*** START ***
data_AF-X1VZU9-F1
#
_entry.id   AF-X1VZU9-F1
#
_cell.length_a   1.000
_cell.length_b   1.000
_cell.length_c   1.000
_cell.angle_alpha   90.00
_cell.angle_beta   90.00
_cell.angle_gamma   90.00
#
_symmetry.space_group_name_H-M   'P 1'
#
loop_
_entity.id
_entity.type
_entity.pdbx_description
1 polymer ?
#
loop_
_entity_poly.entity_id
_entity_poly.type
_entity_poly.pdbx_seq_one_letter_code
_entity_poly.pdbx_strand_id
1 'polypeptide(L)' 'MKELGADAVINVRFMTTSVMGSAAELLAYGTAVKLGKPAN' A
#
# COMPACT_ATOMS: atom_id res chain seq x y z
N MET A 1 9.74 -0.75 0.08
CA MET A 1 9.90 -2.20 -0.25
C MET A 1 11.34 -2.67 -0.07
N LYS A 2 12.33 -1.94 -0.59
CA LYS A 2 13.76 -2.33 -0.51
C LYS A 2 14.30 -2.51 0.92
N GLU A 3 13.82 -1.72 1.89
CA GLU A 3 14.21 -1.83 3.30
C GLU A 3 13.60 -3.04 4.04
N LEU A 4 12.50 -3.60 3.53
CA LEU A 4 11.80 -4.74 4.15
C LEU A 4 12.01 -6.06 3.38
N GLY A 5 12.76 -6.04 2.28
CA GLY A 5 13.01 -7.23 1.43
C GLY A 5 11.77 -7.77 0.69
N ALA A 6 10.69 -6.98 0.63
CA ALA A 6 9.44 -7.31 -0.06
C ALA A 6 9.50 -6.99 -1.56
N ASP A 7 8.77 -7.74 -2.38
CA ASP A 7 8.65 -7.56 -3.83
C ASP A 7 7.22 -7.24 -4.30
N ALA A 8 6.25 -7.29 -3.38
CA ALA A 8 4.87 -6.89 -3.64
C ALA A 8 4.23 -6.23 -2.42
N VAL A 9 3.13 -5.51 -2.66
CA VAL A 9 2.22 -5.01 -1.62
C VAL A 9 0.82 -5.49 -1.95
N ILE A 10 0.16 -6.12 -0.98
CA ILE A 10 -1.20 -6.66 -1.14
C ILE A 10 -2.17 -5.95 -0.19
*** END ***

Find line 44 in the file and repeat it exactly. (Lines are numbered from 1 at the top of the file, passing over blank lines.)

CA ALA A 6 9.44 -7.31 -0.06